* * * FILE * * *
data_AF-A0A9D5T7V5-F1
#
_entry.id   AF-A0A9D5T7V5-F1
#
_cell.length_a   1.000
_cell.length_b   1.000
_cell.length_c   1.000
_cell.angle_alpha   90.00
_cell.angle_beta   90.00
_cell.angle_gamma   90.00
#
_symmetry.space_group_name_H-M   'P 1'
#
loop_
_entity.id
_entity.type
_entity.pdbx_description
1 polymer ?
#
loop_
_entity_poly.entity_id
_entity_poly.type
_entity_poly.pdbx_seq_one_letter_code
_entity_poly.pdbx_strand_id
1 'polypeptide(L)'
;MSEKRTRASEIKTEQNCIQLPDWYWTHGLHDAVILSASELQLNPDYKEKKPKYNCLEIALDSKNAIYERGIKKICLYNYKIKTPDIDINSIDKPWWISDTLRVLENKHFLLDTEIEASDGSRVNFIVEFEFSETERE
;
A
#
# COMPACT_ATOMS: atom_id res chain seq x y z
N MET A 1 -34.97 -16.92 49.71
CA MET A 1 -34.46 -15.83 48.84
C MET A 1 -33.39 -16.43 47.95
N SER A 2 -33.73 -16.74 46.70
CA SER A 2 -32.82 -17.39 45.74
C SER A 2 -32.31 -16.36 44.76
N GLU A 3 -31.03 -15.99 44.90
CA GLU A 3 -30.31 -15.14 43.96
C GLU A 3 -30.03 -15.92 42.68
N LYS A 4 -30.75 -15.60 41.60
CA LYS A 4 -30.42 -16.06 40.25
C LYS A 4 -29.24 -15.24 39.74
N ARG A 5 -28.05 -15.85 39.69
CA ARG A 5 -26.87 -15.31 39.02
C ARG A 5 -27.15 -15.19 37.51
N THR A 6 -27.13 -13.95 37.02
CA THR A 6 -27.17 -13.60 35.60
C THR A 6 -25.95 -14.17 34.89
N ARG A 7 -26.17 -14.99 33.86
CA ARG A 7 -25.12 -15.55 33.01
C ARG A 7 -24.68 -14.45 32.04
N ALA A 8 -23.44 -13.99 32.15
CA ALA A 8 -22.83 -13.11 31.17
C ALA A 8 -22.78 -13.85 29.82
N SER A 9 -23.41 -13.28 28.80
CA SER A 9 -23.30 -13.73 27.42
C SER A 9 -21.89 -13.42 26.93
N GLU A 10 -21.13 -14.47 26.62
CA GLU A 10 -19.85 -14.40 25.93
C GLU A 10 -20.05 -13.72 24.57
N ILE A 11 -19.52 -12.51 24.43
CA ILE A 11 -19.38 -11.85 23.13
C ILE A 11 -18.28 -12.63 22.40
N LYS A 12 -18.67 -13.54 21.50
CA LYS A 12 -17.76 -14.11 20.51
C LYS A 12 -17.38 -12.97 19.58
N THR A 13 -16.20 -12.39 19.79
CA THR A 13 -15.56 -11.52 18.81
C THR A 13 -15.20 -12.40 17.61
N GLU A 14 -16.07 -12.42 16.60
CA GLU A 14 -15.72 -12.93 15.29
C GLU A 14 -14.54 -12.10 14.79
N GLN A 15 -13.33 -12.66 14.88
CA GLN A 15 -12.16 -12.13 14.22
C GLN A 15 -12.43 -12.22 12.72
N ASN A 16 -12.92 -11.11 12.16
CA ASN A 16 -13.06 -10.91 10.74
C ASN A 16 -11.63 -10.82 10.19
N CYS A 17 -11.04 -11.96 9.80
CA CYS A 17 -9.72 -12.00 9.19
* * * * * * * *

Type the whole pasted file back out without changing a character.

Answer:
data_AF-A0A9D5T7V5-F1
#
_entry.id   AF-A0A9D5T7V5-F1
#
_cell.length_a   1.000
_cell.length_b   1.000
_cell.length_c   1.000
_cell.angle_alpha   90.00
_cell.angle_beta   90.00
_cell.angle_gamma   90.00
#
_symmetry.space_group_name_H-M   'P 1'
#
loop_
_entity.id
_entity.type
_entity.pdbx_description
1 polymer ?
#
loop_
_entity_poly.entity_id
_entity_poly.type
_entity_poly.pdbx_seq_one_letter_code
_entity_poly.pdbx_strand_id
1 'polypeptide(L)'
;MSEKRTRASEIKTEQNCIQLPDWYWTHGLHDAVILSASELQLNPDYKEKKPKYNCLEIALDSKNAIYERGIKKICLYNYKIKTPDIDINSIDKPWWISDTLRVLENKHFLLDTEIEASDGSRVNFIVEFEFSETERE
;
A
#
# COMPACT_ATOMS: atom_id res chain seq x y z
N MET A 1 -34.97 -16.92 49.71
CA MET A 1 -34.46 -15.83 48.84
C MET A 1 -33.39 -16.43 47.95
N SER A 2 -33.73 -16.74 46.70
CA SER A 2 -32.82 -17.39 45.74
C SER A 2 -32.31 -16.36 44.76
N GLU A 3 -31.03 -15.99 44.90
CA GLU A 3 -30.31 -15.14 43.96
C GLU A 3 -30.03 -15.92 42.68
N LYS A 4 -30.75 -15.60 41.60
CA LYS A 4 -30.42 -16.06 40.25
C LYS A 4 -29.24 -15.24 39.74
N ARG A 5 -28.05 -15.85 39.69
CA ARG A 5 -26.87 -15.31 39.02
C ARG A 5 -27.15 -15.19 37.51
N THR A 6 -27.13 -13.95 37.02
CA THR A 6 -27.17 -13.60 35.60
C THR A 6 -25.95 -14.17 34.89
N ARG A 7 -26.17 -14.99 33.86
CA ARG A 7 -25.12 -15.55 33.01
C ARG A 7 -24.68 -14.45 32.04
N ALA A 8 -23.44 -13.99 32.15
CA ALA A 8 -22.83 -13.11 31.17
C ALA A 8 -22.78 -13.85 29.82
N SER A 9 -23.41 -13.28 28.80
CA SER A 9 -23.30 -13.73 27.42
C SER A 9 -21.89 -13.42 26.93
N GLU A 10 -21.13 -14.47 26.62
CA GLU A 10 -19.85 -14.40 25.93
C GLU A 10 -20.05 -13.72 24.57
N ILE A 11 -19.52 -12.51 24.43
CA ILE A 11 -19.38 -11.85 23.13
C ILE A 11 -18.28 -12.63 22.40
N LYS A 12 -18.67 -13.54 21.50
CA LYS A 12 -17.76 -14.11 20.51
C LYS A 12 -17.38 -12.97 19.58
N THR A 13 -16.20 -12.39 19.79
CA THR A 13 -15.56 -11.52 18.81
C THR A 13 -15.20 -12.40 17.61
N GLU A 14 -16.07 -12.42 16.60
CA GLU A 14 -15.72 -12.93 15.29
C GLU A 14 -14.54 -12.10 14.79
N GLN A 15 -13.33 -12.66 14.88
CA GLN A 15 -12.16 -12.13 14.22
C GLN A 15 -12.43 -12.22 12.72
N ASN A 16 -12.92 -11.11 12.16
CA ASN A 16 -13.06 -10.91 10.74
C ASN A 16 -11.63 -10.82 10.19
N CYS A 17 -11.04 -11.96 9.80
CA CYS A 17 -9.72 -12.00 9.19